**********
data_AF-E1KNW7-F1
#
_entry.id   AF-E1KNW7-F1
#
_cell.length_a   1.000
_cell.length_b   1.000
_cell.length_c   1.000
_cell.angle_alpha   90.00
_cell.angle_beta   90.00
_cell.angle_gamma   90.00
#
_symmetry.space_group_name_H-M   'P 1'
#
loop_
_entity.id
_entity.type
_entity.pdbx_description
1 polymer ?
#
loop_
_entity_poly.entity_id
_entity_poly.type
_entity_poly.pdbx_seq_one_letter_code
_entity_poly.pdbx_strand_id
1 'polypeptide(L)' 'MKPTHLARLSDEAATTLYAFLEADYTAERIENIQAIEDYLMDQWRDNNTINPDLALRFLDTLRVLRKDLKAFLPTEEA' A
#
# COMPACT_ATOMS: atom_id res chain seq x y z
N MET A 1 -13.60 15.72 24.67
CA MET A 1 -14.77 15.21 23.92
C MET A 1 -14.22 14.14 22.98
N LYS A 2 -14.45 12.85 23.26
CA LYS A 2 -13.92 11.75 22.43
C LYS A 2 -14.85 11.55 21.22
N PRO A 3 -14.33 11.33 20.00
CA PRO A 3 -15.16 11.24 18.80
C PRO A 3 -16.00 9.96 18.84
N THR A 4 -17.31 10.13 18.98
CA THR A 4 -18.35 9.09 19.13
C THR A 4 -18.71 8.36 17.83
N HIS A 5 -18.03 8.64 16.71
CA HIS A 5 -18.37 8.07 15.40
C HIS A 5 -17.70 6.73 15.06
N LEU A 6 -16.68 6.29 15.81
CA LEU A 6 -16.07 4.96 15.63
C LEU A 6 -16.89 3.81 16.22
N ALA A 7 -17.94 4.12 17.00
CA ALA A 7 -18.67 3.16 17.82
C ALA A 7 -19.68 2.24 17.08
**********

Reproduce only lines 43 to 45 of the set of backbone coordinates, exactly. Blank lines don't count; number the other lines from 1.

N LEU A 6 -16.68 6.29 15.81
CA LEU A 6 -16.07 4.96 15.63
C LEU A 6 -16.89 3.81 16.22